One of my favorite songs is “Toyland.” Even well past the Christmas season, I find myself humming its melody from time to time. Actually, “Toyland” is not really a Christmas carol at all, but it obviously is played throughout the holiday season because of its subject matter.
For the record, on January 21, 1903, “The Wizard of Oz,” a musical fantasy for children, was produced on Broadway. Shortly thereafter, Composer Victor Herbert added his music to the book and lyrics of Glen MacDonough in a work titled, “Babes in Toyland,” a studied attempt to write another “Oz” and capitalize on its giant success.
But like many faded carbon-copy imitations of the original, “Babes” soon was forgotten. However, the authors did hit on the idea of creating a Toyland as a setting in the stage spectacle that turned out to be a triumph in its own right and a childhood classic.
In the loosely constructed play, Toyland is a country dominated by the despot Toymaker. With a strange incantation, the Toymaker brings his toys to life (“March of the Toys”) and they sing a hymn to Toyland (“Toyland”), then band together to kill him. The 1934 screen version, which featured Laurel and Hardy, is titled “March of the Wooden Soldiers” (not to be confused with “Parade of the Wooden Soldiers,” an instrumental piece written by German composer Leon Jessel, in 1897). Ray Bolger and Ed Wynn appeared in the 1961 screen version. All of the above songs have evolved into familiar Christmas carols.
Regardless of when “Toyland” is heard, it is the words of the song that create such vivid memories of “Childhood’s joy land” and perhaps provide a glimpse of what heaven may be like as well. Here are the words:
Little girl and boy land.
While you dwell within it,
You are ever happy then.
Childhood’s joy land,
Mystic, merry Toyland!
Once you pass its borders,
You can ne’er return again.
Many of us may hold fond memories of what it was like in the “little girl and boy land” called childhood. I remember actually feeling the magic of Christmas in just touching presents and leftover cookie crumbs Santa Claus himself most certainly had contacted. The former department store, Wolf & Dessauer, in downtown Fort Wayne, had a Toyland on its second floor filled with wonderful toys and goodies year ‘round including a huge electric-train layout. Seeing it and falling in love with this toy of all toys was the basis of my asking and receiving from Santa Claus parts for my very own Lionel train set every Christmas morning.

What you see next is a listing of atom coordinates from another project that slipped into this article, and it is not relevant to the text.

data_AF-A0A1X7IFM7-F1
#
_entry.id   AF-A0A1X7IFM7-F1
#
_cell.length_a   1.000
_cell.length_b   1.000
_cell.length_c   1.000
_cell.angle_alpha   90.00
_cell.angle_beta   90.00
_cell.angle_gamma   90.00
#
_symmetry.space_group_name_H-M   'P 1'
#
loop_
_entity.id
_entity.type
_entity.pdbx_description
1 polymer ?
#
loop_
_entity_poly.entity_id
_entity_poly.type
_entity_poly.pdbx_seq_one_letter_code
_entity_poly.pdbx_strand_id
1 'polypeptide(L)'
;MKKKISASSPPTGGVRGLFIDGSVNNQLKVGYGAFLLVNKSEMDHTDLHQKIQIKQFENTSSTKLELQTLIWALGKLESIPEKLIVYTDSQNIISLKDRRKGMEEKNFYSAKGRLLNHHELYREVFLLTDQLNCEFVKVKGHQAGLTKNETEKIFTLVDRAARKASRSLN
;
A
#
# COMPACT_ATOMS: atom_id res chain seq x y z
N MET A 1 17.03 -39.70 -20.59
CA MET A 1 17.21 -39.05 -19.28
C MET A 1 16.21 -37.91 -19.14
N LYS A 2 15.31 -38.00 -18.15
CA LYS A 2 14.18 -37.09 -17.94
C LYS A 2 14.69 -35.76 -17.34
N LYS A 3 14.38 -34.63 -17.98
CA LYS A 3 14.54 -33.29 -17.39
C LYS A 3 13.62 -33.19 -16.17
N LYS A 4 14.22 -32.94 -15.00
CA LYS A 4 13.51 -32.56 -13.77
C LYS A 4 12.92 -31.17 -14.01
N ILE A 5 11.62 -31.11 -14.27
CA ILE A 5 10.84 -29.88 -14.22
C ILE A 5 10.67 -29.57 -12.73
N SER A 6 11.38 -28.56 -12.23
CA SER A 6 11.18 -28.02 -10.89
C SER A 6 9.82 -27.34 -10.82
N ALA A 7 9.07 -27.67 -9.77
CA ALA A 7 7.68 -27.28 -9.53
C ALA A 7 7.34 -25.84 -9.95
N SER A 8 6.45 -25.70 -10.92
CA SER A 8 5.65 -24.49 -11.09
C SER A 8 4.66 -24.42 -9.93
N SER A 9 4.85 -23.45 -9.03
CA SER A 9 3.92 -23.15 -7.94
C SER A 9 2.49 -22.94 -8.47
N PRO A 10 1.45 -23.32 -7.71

Several friends of mine about my age still have their train sets up and running year-round. I gave mine to my grandson and granddaughter living in Denver six years ago. That’s me in the photo with our son, Michael, and grandson, Jacob, and some of the train. I don’t regret that because they will enjoy the train long after I’m gone. But I do miss playing with it and the anticipation of receiving something from Santa to add to it on Christmas morning.
Toyland, of course, isn’t on a map or reachable with a GPS (Global Positioning System). The last lines of “Toyland,” – Once you pass its borders, You can ne’er return again” – still contain much poignancy whenever I recall that hollow feeling I had when belief in Santa Claus lost its plausibility. And once the child enters the world of adult skepticism, fantasy and make-believe fast disappear “ne’re to return again,” leaving only the harshness of reality in their place.
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